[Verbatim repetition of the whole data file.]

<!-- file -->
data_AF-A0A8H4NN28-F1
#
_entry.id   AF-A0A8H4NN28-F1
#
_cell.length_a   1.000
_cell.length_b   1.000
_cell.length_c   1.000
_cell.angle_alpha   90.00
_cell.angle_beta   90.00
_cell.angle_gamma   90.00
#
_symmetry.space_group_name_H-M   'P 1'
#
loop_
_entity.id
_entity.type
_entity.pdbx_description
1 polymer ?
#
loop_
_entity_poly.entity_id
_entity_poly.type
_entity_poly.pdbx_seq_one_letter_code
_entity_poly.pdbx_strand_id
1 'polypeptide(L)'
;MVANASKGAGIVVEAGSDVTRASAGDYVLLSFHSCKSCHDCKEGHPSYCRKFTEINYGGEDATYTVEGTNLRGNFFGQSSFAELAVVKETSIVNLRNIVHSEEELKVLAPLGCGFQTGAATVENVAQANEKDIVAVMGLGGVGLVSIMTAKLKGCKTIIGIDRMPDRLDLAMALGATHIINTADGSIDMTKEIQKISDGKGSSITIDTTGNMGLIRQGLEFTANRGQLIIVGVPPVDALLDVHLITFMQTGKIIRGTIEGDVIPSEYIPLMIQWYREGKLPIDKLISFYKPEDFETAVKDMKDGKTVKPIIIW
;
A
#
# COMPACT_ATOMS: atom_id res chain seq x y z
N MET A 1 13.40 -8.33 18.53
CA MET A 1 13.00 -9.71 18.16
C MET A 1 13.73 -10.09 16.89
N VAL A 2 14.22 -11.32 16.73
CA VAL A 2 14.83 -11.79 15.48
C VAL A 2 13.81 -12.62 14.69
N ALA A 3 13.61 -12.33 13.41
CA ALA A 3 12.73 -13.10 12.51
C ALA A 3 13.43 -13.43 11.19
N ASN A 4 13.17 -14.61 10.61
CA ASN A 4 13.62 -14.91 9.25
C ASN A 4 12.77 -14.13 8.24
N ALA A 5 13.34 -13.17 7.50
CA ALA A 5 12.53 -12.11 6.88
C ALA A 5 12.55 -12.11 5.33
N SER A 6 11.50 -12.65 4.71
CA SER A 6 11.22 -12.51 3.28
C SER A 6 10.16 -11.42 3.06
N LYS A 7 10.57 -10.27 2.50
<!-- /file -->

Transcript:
data_AF-A0A8H4NN28-F1
#
_entry.id   AF-A0A8H4NN28-F1
#
_cell.length_a   1.000
_cell.length_b   1.000
_cell.length_c   1.000
_cell.angle_alpha   90.00
_cell.angle_beta   90.00
_cell.angle_gamma   90.00
#
_symmetry.space_group_name_H-M   'P 1'
#
loop_
_entity.id
_entity.type
_entity.pdbx_description
1 polymer ?
#
loop_
_entity_poly.entity_id
_entity_poly.type
_entity_poly.pdbx_seq_one_letter_code
_entity_poly.pdbx_strand_id
1 'polypeptide(L)'
;MVANASKGAGIVVEAGSDVTRASAGDYVLLSFHSCKSCHDCKEGHPSYCRKFTEINYGGEDATYTVEGTNLRGNFFGQSSFAELAVVKETSIVNLRNIVHSEEELKVLAPLGCGFQTGAATVENVAQANEKDIVAVMGLGGVGLVSIMTAKLKGCKTIIGIDRMPDRLDLAMALGATHIINTADGSIDMTKEIQKISDGKGSSITIDTTGNMGLIRQGLEFTANRGQLIIVGVPPVDALLDVHLITFMQTGKIIRGTIEGDVIPSEYIPLMIQWYREGKLPIDKLISFYKPEDFETAVKDMKDGKTVKPIIIW
;
A
#
# COMPACT_ATOMS: atom_id res chain seq x y z
N MET A 1 13.40 -8.33 18.53
CA MET A 1 13.00 -9.71 18.16
C MET A 1 13.73 -10.09 16.89
N VAL A 2 14.22 -11.32 16.73
CA VAL A 2 14.83 -11.79 15.48
C VAL A 2 13.81 -12.62 14.69
N ALA A 3 13.61 -12.33 13.41
CA ALA A 3 12.73 -13.10 12.51
C ALA A 3 13.43 -13.43 11.19
N ASN A 4 13.17 -14.61 10.61
CA ASN A 4 13.62 -14.91 9.25
C ASN A 4 12.77 -14.13 8.24
N ALA A 5 13.34 -13.17 7.50
CA ALA A 5 12.53 -12.11 6.88
C ALA A 5 12.55 -12.11 5.33
N SER A 6 11.50 -12.65 4.71
CA SER A 6 11.22 -12.51 3.28
C SER A 6 10.16 -11.42 3.06
N LYS A 7 10.57 -10.27 2.50